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Study shows it doesn’t matter when you take your probiotics.

Study shows it doesn’t matter when you take your probiotics.

A study of 20 volunteers, eight males and twelve females, who were given Bifidobacterium and Lactobacillus strains, either 30 min before breakfast (pre-prandial administration), or 30 min after breakfast (post-prandial administration) found no difference in the levels measured in the stools. Different theories have suggested the higher acidity in the empty stomach or the mixing in with the food might influence the amount of viable bacteria that populate the colon. While only a small number the study suggest take them any time.

The study also found probiotic supplement levels up to 1 month after the end of probiotic oral intake in both groups. It also reported a significant decrease in Firmicutes abundance which has been associated with weight gain and diabetes. The abundance of a particular stain Akkermansia muciniphila was increased compared to samples collected at the beginning of the experiment. This is important as it is the bacteria that increases with the diabetic drug metformin and is associated with breaking down the mucus build-up in the gut and stimulating energy production in the cells (the mitochondria). Yes that is how the drug metformin works. If they inject it directly into the blood it has no benefit at all. Yes the worlds most effective drug is just a prebiotic.

In this study the probiotic supplement showed the ability to modulate the gut microbiota composition, leading to a significant reduction of potentially harmful bacteria and an increase of beneficial ones. The two bacterial strains seemed able to exert a beneficial effect on the bacterial ecology of the gastrointestinal tract, as many significant positive changes in gut microbiota composition have been highlighted.

In the last years, their numerous beneficial properties and positive impact on human health have deeply been described. Nowadays, hundreds of different bacterial strains are available in the global probiotic market and consequently, the choice of the most suitable probiotic product becomes very difficult and fragmented. Lactobacilli and Bifidobacteria are the main microorganisms used as probiotics; indeed, numerous species belonging to these genera have been reported as safe and effective in improving the host’s health. Several studies showed that the combination of specific bacterial strains belonging to Lactobacillus and Bifidobacterium species can act in optimal synergy for restoring the intestinal balance.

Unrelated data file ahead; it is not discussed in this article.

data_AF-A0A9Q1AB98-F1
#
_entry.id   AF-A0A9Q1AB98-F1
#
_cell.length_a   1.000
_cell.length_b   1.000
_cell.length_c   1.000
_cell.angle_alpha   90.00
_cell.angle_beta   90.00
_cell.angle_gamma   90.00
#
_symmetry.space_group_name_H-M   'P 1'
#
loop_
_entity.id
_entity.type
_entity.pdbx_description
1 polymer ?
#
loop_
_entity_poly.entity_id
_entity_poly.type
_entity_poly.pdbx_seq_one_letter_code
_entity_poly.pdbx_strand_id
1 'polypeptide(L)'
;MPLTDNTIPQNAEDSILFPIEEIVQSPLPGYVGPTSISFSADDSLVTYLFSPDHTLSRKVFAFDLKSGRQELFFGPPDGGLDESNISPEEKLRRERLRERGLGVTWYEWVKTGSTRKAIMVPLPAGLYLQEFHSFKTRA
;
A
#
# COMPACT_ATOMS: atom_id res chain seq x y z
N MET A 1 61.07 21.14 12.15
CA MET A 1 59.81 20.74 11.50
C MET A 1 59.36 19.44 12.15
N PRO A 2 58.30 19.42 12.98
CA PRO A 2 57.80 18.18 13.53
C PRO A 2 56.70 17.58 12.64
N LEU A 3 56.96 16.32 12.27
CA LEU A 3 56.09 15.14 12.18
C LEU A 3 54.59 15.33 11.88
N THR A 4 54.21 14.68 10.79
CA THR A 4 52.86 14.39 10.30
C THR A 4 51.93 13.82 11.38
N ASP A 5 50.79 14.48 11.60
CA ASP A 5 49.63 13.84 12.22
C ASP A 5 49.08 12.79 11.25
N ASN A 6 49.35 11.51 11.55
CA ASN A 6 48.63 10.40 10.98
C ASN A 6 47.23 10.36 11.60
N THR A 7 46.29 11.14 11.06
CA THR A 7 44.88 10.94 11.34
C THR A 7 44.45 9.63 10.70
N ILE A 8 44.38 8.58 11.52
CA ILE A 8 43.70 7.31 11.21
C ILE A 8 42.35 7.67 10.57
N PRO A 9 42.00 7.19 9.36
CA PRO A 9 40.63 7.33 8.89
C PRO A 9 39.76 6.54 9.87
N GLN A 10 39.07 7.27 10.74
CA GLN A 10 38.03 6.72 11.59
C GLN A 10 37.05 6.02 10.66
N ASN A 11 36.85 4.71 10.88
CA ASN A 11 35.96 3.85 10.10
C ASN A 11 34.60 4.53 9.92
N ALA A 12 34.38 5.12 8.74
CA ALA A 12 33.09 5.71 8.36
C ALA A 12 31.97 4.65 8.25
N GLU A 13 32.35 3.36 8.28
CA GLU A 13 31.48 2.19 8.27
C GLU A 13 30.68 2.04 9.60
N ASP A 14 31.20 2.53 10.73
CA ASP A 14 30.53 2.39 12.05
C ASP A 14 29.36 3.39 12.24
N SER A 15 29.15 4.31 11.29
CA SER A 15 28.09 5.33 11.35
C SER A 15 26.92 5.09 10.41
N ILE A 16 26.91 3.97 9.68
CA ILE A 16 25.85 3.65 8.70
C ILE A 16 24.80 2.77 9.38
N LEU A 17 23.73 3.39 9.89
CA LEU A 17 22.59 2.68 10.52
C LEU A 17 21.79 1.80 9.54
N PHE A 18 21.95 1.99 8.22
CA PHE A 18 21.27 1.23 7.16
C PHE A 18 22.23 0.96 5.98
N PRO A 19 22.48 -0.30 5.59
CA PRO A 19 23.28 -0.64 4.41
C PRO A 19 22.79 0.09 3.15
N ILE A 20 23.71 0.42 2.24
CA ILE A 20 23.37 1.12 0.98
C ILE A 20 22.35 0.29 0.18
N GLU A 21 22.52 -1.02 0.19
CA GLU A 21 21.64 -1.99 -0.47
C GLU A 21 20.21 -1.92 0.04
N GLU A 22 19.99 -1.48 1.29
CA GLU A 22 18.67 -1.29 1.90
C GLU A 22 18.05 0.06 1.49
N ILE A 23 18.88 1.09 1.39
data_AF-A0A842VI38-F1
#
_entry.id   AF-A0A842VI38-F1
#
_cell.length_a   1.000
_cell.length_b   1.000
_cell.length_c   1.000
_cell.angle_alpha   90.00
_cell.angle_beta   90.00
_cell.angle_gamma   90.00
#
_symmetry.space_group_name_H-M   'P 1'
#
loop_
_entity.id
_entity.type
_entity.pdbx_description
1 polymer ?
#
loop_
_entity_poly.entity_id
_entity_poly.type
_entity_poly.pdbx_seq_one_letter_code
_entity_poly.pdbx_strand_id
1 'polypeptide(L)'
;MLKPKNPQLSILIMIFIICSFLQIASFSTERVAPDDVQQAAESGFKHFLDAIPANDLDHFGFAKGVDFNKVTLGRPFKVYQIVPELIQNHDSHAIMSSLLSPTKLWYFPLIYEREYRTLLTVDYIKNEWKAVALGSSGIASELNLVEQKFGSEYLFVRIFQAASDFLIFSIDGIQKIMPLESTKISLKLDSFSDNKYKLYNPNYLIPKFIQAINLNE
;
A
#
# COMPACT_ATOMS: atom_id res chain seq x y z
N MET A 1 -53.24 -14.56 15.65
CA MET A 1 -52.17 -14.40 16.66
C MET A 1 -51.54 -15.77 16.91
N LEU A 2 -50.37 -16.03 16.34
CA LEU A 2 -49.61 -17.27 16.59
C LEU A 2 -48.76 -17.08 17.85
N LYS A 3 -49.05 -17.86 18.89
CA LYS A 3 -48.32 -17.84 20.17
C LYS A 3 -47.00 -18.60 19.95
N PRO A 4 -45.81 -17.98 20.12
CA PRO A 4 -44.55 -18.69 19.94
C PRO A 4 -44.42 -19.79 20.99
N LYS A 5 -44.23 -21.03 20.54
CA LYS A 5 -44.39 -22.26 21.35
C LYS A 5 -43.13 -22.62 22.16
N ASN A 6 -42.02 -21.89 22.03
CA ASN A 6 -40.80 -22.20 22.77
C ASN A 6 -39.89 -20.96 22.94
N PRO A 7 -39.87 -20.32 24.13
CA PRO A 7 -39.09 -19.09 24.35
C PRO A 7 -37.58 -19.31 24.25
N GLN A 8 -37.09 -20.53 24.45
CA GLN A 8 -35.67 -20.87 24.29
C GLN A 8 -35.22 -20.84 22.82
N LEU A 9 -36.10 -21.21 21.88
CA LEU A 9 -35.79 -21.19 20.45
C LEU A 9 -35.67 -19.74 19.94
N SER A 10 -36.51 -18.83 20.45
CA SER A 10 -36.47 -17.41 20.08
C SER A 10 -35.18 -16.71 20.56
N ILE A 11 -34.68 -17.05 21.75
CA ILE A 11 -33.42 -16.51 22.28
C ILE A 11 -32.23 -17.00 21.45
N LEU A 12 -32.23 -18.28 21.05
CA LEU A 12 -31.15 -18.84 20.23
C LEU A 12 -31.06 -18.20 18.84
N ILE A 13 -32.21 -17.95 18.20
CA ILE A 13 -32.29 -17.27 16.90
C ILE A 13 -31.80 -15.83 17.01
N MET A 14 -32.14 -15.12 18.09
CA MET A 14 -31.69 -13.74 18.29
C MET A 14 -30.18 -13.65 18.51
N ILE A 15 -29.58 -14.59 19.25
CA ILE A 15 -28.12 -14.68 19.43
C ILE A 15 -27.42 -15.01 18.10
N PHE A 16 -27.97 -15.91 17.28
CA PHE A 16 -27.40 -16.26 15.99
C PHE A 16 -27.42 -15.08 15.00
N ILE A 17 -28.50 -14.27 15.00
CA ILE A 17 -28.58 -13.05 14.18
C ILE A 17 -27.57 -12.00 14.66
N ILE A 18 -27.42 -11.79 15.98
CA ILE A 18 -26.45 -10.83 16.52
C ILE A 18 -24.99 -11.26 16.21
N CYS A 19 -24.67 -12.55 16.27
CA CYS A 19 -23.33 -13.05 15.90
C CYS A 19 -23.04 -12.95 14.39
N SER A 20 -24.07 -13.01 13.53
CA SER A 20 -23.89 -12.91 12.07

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Probiotics, gut health and mental health

Probiotics, gut health and mental health

Not only are probiotics considered beneficial to digestive health, and immune health but increasing evidence suggests direct and indirect interactions between gut microbiota (GM) and the central nervous system (CNS).

A large body of research has supported the presence of a pathway of communication between the gut and the brain, modulated by the gut microbiota, giving rise to the term “microbiota-gut-brain” axis. It is now thought that, through this pathway, microbiota can affect behaviour and modulate brain plasticity and cognitive function. In particular, studies have illustrated an association between the gut microbiota composition and cognitive processes such as learning and memory. Research has shown that the intestinal microbiota additionally contribute to the early development of normal social and cognitive behaviours 1. While probiotic and prebiotic supplementation can have a positive effect on mood and psychological symptoms such as depression and anxiety, stress as well as mental health issues including depression, Alzheimers and Parkinson’s diseases. This new area of research, called “psychobiotics” is where the beneficial bacteria (probiotics) or prebiotics that influence bacteria–brain relationships can exert positive emotional, cognitive, systemic, and neural benefits 2. This process is thought to occur primarily through the central nervous system (CNS) as well as through metabolic, hormonal and immune pathways.

Recent evidence indicates a clear association between changes in the microbiota and cognitive behaviors and there is increasing evidence on the effects of supplementing with probiotics on improving cognitive disorders 3. One of the earliest studies found that the wrong type of bacteria added to the gut of germ free animals (containing no microbiota), can cause stress related negative behavious while administration of probiotics can improve cognitive behaviors including learning and memory 1.

In a clinical trial conducted among 60 Alzheimer's patients where the probiotic supplemented group took 200 ml/day probiotic milk for 12 weeks, the probiotic group showed a significant improvement in the MMSE (Mini-mental state examination) which is a measure of cognitive function. In addition, they reported lower levels of oxidation and inflammation, blood fats (tryglicerides) and improved insulin resistance and Beta cell (pancreas) function which controls and stores insulin in the probiotic group compared to the control group 4. A pretty good reason to supplement with probiotics.